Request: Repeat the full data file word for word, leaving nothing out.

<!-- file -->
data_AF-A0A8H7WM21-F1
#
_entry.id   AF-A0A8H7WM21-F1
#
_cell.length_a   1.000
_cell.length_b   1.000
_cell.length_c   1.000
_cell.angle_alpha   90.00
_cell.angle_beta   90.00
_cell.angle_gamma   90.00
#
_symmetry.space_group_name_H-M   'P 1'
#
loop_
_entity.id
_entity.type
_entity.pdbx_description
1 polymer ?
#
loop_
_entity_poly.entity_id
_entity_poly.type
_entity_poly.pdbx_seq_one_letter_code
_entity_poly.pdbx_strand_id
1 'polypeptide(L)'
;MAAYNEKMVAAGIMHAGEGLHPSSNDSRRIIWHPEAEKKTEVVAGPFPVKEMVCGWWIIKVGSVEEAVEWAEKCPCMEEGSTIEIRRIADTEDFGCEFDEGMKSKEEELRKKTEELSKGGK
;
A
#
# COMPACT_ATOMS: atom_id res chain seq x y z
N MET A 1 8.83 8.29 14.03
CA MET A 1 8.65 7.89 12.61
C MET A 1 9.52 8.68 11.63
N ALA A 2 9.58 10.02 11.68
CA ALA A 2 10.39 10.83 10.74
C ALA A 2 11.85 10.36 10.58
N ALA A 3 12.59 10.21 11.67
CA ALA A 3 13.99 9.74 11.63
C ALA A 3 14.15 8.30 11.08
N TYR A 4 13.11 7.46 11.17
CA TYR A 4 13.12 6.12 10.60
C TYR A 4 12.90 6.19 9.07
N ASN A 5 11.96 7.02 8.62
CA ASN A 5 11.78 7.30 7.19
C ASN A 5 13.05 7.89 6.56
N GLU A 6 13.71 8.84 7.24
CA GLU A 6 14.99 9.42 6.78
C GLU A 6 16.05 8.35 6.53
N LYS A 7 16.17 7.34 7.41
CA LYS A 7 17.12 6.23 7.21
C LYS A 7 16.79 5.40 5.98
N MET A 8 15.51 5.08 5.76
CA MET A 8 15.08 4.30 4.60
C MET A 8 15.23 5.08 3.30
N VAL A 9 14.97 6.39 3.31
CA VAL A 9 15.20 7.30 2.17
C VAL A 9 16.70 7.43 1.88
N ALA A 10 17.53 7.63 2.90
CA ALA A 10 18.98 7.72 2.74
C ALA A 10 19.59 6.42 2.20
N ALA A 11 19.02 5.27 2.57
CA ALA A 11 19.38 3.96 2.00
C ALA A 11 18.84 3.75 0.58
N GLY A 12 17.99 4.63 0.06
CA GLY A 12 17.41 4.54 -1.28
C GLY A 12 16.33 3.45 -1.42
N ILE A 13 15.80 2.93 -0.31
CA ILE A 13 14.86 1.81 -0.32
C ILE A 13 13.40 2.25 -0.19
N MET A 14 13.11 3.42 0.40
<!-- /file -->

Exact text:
data_AF-A0A8H7WM21-F1
#
_entry.id   AF-A0A8H7WM21-F1
#
_cell.length_a   1.000
_cell.length_b   1.000
_cell.length_c   1.000
_cell.angle_alpha   90.00
_cell.angle_beta   90.00
_cell.angle_gamma   90.00
#
_symmetry.space_group_name_H-M   'P 1'
#
loop_
_entity.id
_entity.type
_entity.pdbx_description
1 polymer ?
#
loop_
_entity_poly.entity_id
_entity_poly.type
_entity_poly.pdbx_seq_one_letter_code
_entity_poly.pdbx_strand_id
1 'polypeptide(L)'
;MAAYNEKMVAAGIMHAGEGLHPSSNDSRRIIWHPEAEKKTEVVAGPFPVKEMVCGWWIIKVGSVEEAVEWAEKCPCMEEGSTIEIRRIADTEDFGCEFDEGMKSKEEELRKKTEELSKGGK
;
A
#
# COMPACT_ATOMS: atom_id res chain seq x y z
N MET A 1 8.83 8.29 14.03
CA MET A 1 8.65 7.89 12.61
C MET A 1 9.52 8.68 11.63
N ALA A 2 9.58 10.02 11.68
CA ALA A 2 10.39 10.83 10.74
C ALA A 2 11.85 10.36 10.58
N ALA A 3 12.59 10.21 11.67
CA ALA A 3 13.99 9.74 11.63
C ALA A 3 14.15 8.30 11.08
N TYR A 4 13.11 7.46 11.17
CA TYR A 4 13.12 6.12 10.60
C TYR A 4 12.90 6.19 9.07
N ASN A 5 11.96 7.02 8.62
CA ASN A 5 11.78 7.30 7.19
C ASN A 5 13.05 7.89 6.56
N GLU A 6 13.71 8.84 7.24
CA GLU A 6 14.99 9.42 6.78
C GLU A 6 16.05 8.35 6.53
N LYS A 7 16.17 7.34 7.41
CA LYS A 7 17.12 6.23 7.21
C LYS A 7 16.79 5.40 5.98
N MET A 8 15.51 5.08 5.76
CA MET A 8 15.08 4.30 4.60
C MET A 8 15.23 5.08 3.30
N VAL A 9 14.97 6.39 3.31
CA VAL A 9 15.20 7.30 2.17
C VAL A 9 16.70 7.43 1.88
N ALA A 10 17.53 7.63 2.90
CA ALA A 10 18.98 7.72 2.74
C ALA A 10 19.59 6.42 2.20
N ALA A 11 19.02 5.27 2.57
CA ALA A 11 19.38 3.96 2.00
C ALA A 11 18.84 3.75 0.58
N GLY A 12 17.99 4.63 0.06
CA GLY A 12 17.41 4.54 -1.28
C GLY A 12 16.33 3.45 -1.42
N ILE A 13 15.80 2.93 -0.31
CA ILE A 13 14.86 1.81 -0.32
C ILE A 13 13.40 2.25 -0.19
N MET A 14 13.11 3.42 0.40